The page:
Sleaford Mods Talk Political Climate, Experimenting With Music, and The Future

Matthew Voracek

The successes of the Sleaford Mods are derived from their industry as well as their authenticity. After a decade of slogging away recording on various small labels and performing in any venue that would have them, this distinctly working-class northern English duo has now reached lofty plateaus in multiple respects. Their singular brand of rap, punk, and DIY sounds has a new home on Rough Trade, delivering them a different level of respect as well as a new standard to match. 2017 will also present their “anti-rock documentary” Bunch of Kunst that will showcase frontperson Jason Williamson and laptop instrumentalist Andrew Fearn in the plainest of milieus. The pair is embarking on their first ever tour through the States as well, staking their heady blend of anger, humor, and intentional inelegance in a country that is now facing issues paralleling Sleaford Mods’ most resonating themes. We recently spent time chatting with Williamson about these topics as well as his thoughts on the current climate in politics, music, and the duo’s place within it all.

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Reading up about the inspiration behind the new Sleaford Mods’ album English Tapas, it seems like a direct shot as the classism that is not only going on in the UK, but in the States as well.

What’s it like in the States at the moment?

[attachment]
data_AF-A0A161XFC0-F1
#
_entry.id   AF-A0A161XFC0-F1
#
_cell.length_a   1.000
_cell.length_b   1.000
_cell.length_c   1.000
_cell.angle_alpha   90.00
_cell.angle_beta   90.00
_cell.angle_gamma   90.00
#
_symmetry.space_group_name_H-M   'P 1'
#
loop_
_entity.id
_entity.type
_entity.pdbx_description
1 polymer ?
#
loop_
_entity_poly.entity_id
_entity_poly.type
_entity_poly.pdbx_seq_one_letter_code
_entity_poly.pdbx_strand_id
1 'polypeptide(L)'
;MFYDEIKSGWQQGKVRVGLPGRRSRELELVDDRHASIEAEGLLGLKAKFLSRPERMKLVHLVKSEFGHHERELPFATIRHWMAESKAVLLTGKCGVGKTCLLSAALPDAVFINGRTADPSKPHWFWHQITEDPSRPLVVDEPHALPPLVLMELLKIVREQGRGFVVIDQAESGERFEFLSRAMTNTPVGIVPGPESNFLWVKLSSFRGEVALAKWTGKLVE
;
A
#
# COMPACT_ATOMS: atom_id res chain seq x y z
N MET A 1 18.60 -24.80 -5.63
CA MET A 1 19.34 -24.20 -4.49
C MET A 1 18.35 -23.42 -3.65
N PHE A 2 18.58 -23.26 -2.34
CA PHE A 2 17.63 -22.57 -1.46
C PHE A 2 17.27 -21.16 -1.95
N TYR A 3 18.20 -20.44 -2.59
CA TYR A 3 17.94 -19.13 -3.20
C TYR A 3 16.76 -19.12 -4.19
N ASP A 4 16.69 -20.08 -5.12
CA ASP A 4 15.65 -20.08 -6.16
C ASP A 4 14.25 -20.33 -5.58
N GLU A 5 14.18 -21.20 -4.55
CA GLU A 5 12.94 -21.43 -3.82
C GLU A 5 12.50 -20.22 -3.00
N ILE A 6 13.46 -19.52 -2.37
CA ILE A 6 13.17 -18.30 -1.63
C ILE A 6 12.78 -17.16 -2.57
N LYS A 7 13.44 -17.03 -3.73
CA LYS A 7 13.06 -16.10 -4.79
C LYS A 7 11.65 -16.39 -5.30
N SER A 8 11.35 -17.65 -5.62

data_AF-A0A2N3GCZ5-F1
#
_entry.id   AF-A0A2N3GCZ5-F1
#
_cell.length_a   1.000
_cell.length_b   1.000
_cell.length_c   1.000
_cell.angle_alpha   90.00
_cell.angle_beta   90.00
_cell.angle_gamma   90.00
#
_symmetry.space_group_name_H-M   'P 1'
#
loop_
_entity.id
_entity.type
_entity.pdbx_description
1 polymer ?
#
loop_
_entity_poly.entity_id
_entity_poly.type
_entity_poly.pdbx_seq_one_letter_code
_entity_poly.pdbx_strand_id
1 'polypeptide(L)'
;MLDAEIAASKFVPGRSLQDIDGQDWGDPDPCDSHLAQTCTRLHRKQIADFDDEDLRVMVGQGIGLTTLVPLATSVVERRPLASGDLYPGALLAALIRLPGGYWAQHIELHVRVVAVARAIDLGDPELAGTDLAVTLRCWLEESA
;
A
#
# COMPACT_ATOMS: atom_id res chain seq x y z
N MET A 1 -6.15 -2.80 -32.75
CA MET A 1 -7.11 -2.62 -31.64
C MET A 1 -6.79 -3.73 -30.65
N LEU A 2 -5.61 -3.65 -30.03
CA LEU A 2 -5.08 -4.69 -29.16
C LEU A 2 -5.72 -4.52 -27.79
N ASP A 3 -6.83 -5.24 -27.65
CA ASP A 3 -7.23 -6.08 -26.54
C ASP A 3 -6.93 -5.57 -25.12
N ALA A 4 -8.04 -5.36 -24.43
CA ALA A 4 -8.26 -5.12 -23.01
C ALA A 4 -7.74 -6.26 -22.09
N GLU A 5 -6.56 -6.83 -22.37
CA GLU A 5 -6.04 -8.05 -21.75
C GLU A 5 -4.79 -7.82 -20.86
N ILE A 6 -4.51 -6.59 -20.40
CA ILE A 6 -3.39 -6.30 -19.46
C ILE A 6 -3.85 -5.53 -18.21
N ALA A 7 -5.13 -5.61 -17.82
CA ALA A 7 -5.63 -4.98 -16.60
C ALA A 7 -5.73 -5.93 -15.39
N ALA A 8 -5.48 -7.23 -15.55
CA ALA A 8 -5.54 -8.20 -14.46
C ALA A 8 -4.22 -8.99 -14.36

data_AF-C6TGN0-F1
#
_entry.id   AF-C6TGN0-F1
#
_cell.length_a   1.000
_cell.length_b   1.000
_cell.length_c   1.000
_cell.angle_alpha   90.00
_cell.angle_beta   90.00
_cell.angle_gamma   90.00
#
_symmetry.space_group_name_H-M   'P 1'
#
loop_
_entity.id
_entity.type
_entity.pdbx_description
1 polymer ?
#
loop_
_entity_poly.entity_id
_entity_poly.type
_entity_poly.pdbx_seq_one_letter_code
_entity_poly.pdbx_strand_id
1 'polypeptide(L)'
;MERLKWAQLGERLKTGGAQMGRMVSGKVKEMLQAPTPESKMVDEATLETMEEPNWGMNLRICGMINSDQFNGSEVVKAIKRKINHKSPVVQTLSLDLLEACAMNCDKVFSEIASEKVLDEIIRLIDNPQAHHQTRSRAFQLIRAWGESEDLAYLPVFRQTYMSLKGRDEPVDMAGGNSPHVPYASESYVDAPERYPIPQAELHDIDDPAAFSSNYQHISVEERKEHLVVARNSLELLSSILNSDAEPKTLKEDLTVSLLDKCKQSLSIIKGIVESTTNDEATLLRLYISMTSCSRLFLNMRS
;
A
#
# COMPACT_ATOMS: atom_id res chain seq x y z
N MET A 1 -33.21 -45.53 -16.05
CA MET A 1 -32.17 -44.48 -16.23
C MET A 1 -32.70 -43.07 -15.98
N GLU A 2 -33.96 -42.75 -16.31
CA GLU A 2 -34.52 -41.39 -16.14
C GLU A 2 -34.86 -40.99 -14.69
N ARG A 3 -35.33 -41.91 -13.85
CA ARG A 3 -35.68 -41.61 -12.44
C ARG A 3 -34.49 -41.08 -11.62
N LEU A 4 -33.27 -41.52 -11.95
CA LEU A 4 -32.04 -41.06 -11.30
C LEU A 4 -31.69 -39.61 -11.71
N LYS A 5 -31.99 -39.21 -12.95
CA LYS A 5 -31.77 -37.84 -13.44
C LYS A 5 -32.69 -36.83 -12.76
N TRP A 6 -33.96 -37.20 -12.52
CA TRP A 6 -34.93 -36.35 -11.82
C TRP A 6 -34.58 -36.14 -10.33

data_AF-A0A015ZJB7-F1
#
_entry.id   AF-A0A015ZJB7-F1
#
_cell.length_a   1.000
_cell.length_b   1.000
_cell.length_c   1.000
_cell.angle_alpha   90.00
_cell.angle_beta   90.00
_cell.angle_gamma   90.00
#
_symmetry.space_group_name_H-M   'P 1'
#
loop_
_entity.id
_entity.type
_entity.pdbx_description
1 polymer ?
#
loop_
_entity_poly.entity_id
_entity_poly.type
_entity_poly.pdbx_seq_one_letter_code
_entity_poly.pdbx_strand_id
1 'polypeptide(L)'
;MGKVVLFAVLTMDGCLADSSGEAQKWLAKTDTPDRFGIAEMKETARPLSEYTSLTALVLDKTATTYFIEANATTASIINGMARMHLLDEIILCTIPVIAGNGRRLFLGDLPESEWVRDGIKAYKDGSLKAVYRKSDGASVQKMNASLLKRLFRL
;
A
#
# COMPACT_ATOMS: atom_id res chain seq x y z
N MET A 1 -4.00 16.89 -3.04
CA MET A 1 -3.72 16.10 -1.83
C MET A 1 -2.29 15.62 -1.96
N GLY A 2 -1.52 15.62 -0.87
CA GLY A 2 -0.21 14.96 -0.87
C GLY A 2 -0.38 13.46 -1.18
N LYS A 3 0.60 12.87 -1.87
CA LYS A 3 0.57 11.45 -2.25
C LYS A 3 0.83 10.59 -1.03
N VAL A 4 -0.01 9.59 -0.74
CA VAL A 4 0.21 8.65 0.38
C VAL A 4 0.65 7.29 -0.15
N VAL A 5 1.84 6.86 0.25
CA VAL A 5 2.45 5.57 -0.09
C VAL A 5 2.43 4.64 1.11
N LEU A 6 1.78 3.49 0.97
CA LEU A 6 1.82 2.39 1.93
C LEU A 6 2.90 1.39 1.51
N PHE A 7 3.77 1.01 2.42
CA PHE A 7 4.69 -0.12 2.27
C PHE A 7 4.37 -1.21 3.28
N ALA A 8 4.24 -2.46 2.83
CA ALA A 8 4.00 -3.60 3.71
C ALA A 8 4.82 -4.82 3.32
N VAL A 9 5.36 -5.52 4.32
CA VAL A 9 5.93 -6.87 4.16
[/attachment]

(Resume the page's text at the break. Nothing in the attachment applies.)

Oh my god…

(Laughs.) Say no more!

The wishes of the administration… I mean, I don’t even like to say his name… Right now, he wants to take away all of this funding for the arts, education, environmental efforts. Of course, it is up to the legislative branch of our government.

Do you think (Congress) will allow this to go through?

Well, they are made up of the same political party like the Tories for you. (Republicans) are so closely tied to the interests of business. In my mind, business and government should have much more separation.

I feel like I am doing most of the talking here! My apologies.

No, no! I have a lot of lengthy chats with people from the Americas who have called for interviews. Not like the interview is going off boil. It is just interesting to get your viewpoints. We can press on with the questions.

No worries. It seems that the directive of Sleaford Mods comes out of pointed frustration. I am wondering what the themes were behind English Tapas and if there is anything you would like to share on that topic.

Basically, I was just trying to get the energy of the country at the time. In the summer of 2016 when Tapas was written, there was Brexit. Things were bad before Brexit, but when it happened, the doors were closing. I wanted to try and capture that feeling. In that, I wanted to bring across my own directionlessness as an individual.

Did you have the feeling you should be “doing more”?

It was exploring my own inefficiencies and then connecting that to where I was, in England during the summer where we just voted to become independent (from the European Union).